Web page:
[imText1]Following the Six-Party Talks Feb 13th Agreement, North Korean media has been publicizing “Mt Baekdu General’s courage and audacity.”
On the 25th, North Korea’s national website “Uriminzokkiri (Just between Korean Nation)” upheld the greatness of Kim Jong Il by applauding, “Through General Kim Jong Il, our nation’s pride and revolutionary confidence is shining at its best. We will not accept threats or the interfering schemes of other imperialist nations who are trying to trample our nation’s dignity and autonomy.”
Further, “Pyongyang Broadcast” a broadcast company that targets the South, announced on the 23rd “Zealous bravery and forceful power. This is the nature of our heroic General (Kim Jong Il) who takes on the form of Mount Baekdu” and proclaimed “Even in the early 1990’s, our General used invincible power and confidence to force the U.S. to withdraw from making inspections on our nuclear facilities. With vigor, he has protected our nation and the autonomy of our people.”
In the past, North Korean propagandists modified Kim Jong Il idolization to that of military-first ideology. Most recently, post the last round of Six-Party Talks, the words “Baedu Mountain’s audacity and strength” has been added to the monotonous Military First Politics song.
This trend is similar to propaganda instigated after the Geneva Conference in `94. At the first nuclear threat in `93, North Korea was in such a menace state of war that rumors spread claiming that “Yongbyun will be blasted by 200 enemy planes.”
At that time, while on the verge of war, it was agreed that 50,000 tons of fuel would be given to North Korea according to the Geneva Agreement. In response to this, North Korean propagandists focused on Kim Jong Il’s honorability arguing that it was “A gift from the U.S. to the great General.”
People’s response to idolization propaganda
It is clear that North Korea is trying to utilize the recent Feb 13th Agreement to further amalgamate the people’s regime with propaganda idolizing Kim Jong Il. Having received economic support from the outside for agreeing to begin the preliminary stages of dismantling its nukes, on the inside, Kim Jong Il’s bravery and audacity is being praised for having made the imperialists bow down to him.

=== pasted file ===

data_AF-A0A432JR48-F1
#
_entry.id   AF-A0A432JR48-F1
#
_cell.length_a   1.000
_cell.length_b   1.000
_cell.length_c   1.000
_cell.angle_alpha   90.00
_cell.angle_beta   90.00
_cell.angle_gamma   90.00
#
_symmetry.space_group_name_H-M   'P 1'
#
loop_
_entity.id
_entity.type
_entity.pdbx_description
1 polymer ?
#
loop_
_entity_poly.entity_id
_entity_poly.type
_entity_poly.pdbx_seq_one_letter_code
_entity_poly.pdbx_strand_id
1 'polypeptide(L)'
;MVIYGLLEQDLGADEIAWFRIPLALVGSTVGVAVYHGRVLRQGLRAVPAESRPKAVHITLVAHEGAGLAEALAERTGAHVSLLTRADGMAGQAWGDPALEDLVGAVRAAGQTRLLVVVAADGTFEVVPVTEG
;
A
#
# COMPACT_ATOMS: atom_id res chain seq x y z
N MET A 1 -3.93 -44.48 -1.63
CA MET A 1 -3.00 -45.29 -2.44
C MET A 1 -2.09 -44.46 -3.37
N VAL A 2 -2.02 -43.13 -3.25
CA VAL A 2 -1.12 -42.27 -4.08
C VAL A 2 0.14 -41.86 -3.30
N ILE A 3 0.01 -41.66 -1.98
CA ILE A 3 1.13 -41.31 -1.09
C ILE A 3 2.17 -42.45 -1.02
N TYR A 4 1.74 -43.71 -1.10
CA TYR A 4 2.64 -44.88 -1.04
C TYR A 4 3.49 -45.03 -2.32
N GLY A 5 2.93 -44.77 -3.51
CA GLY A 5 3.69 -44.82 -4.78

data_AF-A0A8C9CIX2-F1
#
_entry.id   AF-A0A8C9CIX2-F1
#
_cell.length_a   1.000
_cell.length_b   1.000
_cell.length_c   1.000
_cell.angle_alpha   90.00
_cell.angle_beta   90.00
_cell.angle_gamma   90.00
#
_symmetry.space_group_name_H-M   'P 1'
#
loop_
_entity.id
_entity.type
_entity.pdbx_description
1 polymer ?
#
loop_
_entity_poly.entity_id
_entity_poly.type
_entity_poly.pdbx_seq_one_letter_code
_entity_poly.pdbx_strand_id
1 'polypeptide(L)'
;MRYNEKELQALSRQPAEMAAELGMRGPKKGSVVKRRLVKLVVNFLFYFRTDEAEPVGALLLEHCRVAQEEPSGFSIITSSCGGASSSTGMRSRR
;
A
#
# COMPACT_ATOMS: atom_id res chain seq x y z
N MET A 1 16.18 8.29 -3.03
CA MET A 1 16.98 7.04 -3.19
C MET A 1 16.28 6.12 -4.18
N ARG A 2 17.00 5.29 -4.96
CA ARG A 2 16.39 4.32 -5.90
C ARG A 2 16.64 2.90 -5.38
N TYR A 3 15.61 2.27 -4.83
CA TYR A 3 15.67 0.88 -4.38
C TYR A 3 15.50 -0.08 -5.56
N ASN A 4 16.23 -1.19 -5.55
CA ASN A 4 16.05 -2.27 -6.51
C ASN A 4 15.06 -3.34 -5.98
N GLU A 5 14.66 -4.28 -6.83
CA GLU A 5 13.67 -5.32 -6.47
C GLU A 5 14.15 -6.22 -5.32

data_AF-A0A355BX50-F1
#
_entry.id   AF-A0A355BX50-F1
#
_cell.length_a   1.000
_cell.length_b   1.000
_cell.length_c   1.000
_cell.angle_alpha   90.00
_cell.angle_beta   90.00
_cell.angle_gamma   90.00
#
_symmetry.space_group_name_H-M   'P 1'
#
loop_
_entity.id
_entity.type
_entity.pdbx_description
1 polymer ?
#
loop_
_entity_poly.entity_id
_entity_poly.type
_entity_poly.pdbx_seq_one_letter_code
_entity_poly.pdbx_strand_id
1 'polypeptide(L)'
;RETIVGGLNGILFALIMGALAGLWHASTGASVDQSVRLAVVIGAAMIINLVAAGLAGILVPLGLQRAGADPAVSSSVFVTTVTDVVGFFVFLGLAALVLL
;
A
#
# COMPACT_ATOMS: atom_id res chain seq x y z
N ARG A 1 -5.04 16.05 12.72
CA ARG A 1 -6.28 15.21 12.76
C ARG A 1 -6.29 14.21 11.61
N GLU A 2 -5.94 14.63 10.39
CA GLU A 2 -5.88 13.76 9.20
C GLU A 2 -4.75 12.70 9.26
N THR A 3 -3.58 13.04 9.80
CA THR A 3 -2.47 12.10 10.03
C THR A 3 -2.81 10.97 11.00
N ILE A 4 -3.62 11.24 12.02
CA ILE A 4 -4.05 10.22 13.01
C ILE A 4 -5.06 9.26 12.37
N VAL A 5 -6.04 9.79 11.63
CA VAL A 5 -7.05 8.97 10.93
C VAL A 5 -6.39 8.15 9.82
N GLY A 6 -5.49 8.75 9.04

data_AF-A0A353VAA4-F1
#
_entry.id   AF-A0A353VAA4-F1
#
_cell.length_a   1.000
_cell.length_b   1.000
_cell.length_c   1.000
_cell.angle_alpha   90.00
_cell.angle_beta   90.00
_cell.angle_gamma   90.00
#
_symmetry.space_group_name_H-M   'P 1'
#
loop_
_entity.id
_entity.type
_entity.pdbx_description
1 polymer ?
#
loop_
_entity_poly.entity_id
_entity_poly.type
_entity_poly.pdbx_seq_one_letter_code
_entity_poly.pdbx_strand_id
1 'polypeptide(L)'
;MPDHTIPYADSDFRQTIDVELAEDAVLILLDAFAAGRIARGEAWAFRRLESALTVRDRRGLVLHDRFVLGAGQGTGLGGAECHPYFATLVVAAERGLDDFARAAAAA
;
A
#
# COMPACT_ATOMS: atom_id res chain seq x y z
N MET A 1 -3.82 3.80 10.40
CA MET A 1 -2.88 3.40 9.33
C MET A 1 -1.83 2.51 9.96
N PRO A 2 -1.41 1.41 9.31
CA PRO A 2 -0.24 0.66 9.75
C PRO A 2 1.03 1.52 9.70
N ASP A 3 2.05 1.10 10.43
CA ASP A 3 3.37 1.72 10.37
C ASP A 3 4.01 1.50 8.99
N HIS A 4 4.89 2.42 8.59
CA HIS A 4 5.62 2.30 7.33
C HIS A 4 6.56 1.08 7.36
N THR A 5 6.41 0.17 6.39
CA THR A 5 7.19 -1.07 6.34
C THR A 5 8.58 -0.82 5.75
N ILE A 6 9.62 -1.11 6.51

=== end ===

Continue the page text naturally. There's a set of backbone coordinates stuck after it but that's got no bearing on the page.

However, unlike `94, North Koreans are responding with a different attitude. Contrary to the past, today discrete sentiments are being made across the social classes.
After the missile launch (July 15) and nuclear experiment (October 9), citizens responded “Whether or not a missile is launched or a nuclear experiment is conducted, it is no relevance to us. Living is hard enough!” whereas, those in power and the elite argued “Since we have become a nuclear possessing state, we can now fight and win against the U.S.”
In another sense, North Korean authorities seem to be trying to re-integrate the disparity of feelings between the people on the outcome of foreign affairs. Hence, advocating the nuclear experiment ensured economic gain.
We can confirm these premises by observing reports by governmental broadcasting agencies such as the (North Korean) Central News Agency, who are extracting phrases such as “freezing nukes” for “temporary suspension of nuclear facilities” and placing greater emphasis on economic aid such as a million tons of fuel and energy support rather than the true reality.
It seems that propagandists are trying to utilize the foreign system and unify the disintegrating inner North Korea by promoting Kim Kye Gwan’s attitude of anti-U.S. as well as concluding that “Kim Jong Il’s audacity” led to the visit of a U.S. high official and improvements to the U.S.-North Korea relationship.